Category Archives: Environment

Wind: SCC Rejects Deal Signed By Its Staff

Click for larger view. Source: Dominion

by Steve Haner

First published this morning by the Thomas Jefferson Institute for Public Policy.

Rejecting an agreement that its own staff reached with Dominion Energy Virginia, the State Corporation Commission has imposed at least some level of financial risk on the utility’s shareholders should its $10 billion offshore wind project fail to match the company’s promised performance.

Lest you think that means the ratepayers can relax, the long final order issued August 5 once again highlights all the things that could go wrong with the Coastal Virginia Offshore Wind (CVOW) project, scheduled to be fully operational by 2027. The regulators also wash their hands of any responsibility and record for posterity that the Virginia General Assembly made them approve this. Continue reading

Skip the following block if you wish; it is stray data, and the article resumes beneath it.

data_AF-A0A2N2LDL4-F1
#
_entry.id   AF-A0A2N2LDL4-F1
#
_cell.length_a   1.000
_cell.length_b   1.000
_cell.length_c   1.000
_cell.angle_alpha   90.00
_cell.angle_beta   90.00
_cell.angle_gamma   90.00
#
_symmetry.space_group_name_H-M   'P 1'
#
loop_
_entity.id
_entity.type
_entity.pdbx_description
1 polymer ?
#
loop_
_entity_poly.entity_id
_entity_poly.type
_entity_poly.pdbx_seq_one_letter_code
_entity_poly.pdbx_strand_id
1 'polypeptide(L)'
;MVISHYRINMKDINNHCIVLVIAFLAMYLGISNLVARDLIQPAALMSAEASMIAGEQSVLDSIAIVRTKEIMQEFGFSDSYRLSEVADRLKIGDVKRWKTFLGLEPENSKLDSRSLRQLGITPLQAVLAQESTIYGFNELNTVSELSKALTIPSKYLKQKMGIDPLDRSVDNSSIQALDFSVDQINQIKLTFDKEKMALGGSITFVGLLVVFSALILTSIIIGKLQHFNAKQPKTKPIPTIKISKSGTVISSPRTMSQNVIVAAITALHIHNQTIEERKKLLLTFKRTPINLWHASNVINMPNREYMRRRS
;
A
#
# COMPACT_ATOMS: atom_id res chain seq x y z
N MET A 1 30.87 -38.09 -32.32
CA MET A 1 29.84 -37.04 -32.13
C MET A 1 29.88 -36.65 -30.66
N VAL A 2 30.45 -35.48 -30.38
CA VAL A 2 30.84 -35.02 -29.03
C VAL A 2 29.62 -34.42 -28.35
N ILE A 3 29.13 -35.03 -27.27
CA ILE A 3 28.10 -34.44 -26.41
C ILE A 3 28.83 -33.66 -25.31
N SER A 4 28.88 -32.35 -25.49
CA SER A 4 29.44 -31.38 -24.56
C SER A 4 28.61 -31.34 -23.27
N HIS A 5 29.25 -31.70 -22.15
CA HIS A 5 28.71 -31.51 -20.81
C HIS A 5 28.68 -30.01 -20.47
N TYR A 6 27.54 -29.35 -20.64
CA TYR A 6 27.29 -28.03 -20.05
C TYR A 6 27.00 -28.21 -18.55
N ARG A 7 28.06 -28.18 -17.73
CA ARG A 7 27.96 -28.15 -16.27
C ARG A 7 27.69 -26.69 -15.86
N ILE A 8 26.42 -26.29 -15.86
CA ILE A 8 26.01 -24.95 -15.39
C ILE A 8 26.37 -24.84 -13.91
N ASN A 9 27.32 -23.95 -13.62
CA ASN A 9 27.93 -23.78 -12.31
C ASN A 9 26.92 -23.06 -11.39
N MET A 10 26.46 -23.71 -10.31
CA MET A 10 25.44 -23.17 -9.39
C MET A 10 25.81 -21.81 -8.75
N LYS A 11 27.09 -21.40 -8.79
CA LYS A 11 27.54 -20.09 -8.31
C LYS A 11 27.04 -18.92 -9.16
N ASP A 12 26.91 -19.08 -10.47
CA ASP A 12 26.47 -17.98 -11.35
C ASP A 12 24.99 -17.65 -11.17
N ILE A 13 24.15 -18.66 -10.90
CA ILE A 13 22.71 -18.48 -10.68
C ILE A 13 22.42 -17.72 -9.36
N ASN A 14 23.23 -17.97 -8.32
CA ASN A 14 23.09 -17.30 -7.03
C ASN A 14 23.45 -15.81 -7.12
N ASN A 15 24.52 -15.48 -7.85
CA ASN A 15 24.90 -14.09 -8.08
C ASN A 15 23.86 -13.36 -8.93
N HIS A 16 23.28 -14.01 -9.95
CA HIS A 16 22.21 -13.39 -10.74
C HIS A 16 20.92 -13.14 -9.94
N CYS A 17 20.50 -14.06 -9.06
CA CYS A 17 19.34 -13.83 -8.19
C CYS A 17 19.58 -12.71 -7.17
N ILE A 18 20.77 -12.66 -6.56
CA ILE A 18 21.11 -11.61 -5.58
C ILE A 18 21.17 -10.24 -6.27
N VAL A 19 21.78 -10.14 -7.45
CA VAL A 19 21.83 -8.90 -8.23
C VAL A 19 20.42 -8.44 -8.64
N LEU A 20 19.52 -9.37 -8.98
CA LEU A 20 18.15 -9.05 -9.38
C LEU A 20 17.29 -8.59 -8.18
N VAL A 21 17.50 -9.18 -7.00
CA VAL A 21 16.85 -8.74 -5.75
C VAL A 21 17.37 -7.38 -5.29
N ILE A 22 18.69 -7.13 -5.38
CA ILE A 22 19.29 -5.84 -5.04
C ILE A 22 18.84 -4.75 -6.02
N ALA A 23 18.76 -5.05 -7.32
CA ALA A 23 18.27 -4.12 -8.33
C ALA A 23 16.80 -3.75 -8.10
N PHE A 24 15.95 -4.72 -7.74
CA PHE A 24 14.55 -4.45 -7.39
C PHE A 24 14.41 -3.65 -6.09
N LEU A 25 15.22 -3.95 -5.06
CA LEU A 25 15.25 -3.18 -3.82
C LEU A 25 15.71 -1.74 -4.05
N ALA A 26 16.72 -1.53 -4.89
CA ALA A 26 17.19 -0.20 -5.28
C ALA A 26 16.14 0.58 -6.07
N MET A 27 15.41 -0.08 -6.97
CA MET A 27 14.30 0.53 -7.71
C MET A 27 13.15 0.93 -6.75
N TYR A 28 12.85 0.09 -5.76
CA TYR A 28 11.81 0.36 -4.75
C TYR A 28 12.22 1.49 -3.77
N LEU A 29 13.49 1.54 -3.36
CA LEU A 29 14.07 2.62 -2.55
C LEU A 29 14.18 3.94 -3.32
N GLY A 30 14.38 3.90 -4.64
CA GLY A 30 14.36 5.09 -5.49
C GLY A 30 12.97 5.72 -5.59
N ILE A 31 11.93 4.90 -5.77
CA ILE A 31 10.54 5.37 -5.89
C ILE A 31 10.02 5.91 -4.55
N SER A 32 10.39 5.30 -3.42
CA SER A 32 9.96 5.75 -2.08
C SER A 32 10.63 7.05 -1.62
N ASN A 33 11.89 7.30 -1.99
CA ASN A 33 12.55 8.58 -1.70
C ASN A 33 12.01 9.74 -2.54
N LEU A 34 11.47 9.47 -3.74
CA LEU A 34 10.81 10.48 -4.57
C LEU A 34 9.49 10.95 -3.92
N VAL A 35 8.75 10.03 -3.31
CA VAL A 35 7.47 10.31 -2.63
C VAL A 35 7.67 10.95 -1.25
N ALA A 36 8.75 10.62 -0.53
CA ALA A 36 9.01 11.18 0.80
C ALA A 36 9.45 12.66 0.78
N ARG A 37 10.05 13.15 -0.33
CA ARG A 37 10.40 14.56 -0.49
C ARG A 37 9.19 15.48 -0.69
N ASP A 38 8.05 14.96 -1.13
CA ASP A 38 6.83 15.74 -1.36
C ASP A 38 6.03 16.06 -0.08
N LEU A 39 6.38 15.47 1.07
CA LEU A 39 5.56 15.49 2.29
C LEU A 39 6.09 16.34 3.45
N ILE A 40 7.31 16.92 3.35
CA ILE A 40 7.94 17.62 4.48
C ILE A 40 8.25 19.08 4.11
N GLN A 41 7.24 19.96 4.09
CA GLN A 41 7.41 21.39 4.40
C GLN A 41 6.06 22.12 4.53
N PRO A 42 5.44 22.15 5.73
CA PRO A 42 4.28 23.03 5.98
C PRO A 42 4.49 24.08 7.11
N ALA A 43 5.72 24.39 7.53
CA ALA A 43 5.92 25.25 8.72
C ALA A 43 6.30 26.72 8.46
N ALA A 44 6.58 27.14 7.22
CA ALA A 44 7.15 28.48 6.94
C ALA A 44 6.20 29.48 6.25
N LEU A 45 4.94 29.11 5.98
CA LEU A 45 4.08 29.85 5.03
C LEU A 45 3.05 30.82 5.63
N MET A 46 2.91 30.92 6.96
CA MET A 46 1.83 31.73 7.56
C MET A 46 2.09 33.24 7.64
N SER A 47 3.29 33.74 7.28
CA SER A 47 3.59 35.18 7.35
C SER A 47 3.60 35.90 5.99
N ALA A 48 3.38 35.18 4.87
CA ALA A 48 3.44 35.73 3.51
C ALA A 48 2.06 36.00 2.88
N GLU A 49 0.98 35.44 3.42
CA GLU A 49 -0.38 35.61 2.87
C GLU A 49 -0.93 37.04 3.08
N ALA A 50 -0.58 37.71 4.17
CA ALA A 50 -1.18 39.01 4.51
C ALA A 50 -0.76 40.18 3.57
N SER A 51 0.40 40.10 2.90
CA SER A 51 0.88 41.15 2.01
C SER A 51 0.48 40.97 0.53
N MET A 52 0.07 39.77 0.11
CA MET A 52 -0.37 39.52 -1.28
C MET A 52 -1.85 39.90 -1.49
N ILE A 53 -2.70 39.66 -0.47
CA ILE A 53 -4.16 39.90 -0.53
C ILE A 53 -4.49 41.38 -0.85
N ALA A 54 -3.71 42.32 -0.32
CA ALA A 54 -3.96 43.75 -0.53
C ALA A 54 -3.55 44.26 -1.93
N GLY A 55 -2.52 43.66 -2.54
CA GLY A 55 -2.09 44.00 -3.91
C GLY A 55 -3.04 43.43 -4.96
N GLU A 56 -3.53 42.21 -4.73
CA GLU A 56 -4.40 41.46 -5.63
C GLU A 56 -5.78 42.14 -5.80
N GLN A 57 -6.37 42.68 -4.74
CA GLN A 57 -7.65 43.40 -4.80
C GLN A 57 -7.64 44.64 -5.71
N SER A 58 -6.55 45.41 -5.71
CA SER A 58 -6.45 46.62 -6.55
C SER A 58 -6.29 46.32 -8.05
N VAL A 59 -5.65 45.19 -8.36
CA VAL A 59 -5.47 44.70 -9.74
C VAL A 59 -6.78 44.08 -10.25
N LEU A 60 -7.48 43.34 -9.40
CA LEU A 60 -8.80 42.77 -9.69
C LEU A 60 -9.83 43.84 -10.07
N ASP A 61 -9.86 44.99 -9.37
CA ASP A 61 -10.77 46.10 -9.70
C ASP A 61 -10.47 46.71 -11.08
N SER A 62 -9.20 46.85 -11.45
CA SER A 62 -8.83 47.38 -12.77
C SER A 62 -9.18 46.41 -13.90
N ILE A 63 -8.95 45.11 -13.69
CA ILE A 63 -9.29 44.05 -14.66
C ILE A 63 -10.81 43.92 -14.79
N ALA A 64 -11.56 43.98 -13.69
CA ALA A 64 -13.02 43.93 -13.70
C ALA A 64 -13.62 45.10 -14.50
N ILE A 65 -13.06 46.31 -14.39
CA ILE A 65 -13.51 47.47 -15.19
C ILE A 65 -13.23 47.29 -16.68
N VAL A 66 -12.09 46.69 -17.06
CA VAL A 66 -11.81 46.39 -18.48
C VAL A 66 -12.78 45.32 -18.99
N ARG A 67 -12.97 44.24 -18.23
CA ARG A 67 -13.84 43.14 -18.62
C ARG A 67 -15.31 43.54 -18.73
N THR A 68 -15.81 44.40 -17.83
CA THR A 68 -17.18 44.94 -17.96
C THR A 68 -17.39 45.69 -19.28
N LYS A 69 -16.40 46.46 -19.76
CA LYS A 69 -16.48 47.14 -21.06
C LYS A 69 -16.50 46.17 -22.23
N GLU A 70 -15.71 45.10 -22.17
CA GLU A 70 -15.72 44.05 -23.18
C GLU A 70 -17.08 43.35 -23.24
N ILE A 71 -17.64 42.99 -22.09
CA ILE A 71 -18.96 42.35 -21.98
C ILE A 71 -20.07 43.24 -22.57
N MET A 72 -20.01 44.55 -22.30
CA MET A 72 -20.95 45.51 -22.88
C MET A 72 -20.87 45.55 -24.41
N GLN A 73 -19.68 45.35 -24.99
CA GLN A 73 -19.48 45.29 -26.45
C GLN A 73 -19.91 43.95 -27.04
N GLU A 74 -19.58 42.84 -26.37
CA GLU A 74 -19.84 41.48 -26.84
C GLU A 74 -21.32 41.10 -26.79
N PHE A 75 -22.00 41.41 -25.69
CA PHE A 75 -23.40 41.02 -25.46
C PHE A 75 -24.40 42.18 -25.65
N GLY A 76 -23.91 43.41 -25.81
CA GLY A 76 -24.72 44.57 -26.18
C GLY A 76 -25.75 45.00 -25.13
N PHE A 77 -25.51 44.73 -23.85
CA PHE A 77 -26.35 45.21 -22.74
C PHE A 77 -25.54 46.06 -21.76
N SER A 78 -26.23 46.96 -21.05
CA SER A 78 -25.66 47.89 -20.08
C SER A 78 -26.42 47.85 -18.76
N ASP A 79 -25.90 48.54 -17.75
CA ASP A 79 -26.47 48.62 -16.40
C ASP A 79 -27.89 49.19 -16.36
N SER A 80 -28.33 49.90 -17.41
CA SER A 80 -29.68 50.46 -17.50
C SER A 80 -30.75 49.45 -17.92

Blue Crabs Smiling

by Jim McCarthy

The image of Nero fiddling while Rome was ablaze may be apocryphal, but the moral is clear: pay attention to your surroundings. It’s been nearly four weeks since the announcement that the sperm capacity of Chesapeake blue crabs has been found to be in decline, threatening the viability (motility?) of the crustacean’s population. However, not a word has been reported in the interim on BR while its diverse contributors and commenters bloviate about favored topics and clever names to call those who dare to offer their versions of bloggery wisdom. Lesser such crises have been sufficient to call a special session of the General Assembly.

Fourteen years ago, JAB wistfully mourned childhood memories about blue crab fishing as two state governors – Tim Kaine and Martin O’Malley – announced that the Chesapeake crab population had sustained a significant decline. The BR appeal drew not a single comment from readers although the platform was already six years old at the time.

Thirty years ago, Maryland officially adopted Callinectes sapidus (Greek for beautiful swimmer) as the state crustacean and honors that nomination by providing license plates with a crab image. Over time, Virginia’s neighbor has developed a well-orchestrated campaign to ensure its imprimatur upon the blue crab, at times relegating the Old Dominion to the status of a lesser attractive jurisdiction. Continue reading